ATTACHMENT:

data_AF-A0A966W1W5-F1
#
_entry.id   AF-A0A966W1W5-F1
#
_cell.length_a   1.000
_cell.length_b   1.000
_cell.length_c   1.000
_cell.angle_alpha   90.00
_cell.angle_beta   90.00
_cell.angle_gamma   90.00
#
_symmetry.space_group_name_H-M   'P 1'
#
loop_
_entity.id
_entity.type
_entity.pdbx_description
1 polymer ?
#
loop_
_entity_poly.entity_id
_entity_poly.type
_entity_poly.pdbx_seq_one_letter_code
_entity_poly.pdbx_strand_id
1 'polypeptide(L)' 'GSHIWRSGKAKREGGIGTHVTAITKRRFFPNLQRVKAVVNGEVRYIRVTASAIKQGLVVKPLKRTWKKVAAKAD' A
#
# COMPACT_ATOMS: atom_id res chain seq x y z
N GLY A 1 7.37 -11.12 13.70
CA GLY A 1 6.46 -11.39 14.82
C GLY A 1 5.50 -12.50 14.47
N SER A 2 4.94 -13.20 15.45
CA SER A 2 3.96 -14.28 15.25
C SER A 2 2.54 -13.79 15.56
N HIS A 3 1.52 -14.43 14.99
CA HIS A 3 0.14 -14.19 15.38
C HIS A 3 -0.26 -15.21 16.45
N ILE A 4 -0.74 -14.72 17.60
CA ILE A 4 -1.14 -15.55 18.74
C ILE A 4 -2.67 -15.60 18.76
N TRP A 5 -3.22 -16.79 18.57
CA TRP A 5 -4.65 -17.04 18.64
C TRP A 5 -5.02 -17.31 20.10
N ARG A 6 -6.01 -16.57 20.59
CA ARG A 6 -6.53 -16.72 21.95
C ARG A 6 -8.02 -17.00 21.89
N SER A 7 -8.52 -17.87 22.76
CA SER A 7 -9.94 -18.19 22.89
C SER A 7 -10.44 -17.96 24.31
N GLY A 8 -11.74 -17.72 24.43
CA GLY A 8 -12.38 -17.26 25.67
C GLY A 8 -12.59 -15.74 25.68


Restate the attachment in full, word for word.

data_AF-A0A966W1W5-F1
#
_entry.id   AF-A0A966W1W5-F1
#
_cell.length_a   1.000
_cell.length_b   1.000
_cell.length_c   1.000
_cell.angle_alpha   90.00
_cell.angle_beta   90.00
_cell.angle_gamma   90.00
#
_symmetry.space_group_name_H-M   'P 1'
#
loop_
_entity.id
_entity.type
_entity.pdbx_description
1 polymer ?
#
loop_
_entity_poly.entity_id
_entity_poly.type
_entity_poly.pdbx_seq_one_letter_code
_entity_poly.pdbx_strand_id
1 'polypeptide(L)' 'GSHIWRSGKAKREGGIGTHVTAITKRRFFPNLQRVKAVVNGEVRYIRVTASAIKQGLVVKPLKRTWKKVAAKAD' A
#
# COMPACT_ATOMS: atom_id res chain seq x y z
N GLY A 1 7.37 -11.12 13.70
CA GLY A 1 6.46 -11.39 14.82
C GLY A 1 5.50 -12.50 14.47
N SER A 2 4.94 -13.20 15.45
CA SER A 2 3.96 -14.28 15.25
C SER A 2 2.54 -13.79 15.56
N HIS A 3 1.52 -14.43 14.99
CA HIS A 3 0.14 -14.19 15.38
C HIS A 3 -0.26 -15.21 16.45
N ILE A 4 -0.74 -14.72 17.60
CA ILE A 4 -1.14 -15.55 18.74
C ILE A 4 -2.67 -15.60 18.76
N TRP A 5 -3.22 -16.79 18.57
CA TRP A 5 -4.65 -17.04 18.64
C TRP A 5 -5.02 -17.31 20.10
N ARG A 6 -6.01 -16.57 20.59
CA ARG A 6 -6.53 -16.72 21.95
C ARG A 6 -8.02 -17.00 21.89
N SER A 7 -8.52 -17.87 22.76
CA SER A 7 -9.94 -18.19 22.89
C SER A 7 -10.44 -17.96 24.31
N GLY A 8 -11.74 -17.72 24.43
CA GLY A 8 -12.38 -17.26 25.67
C GLY A 8 -12.59 -15.74 25.68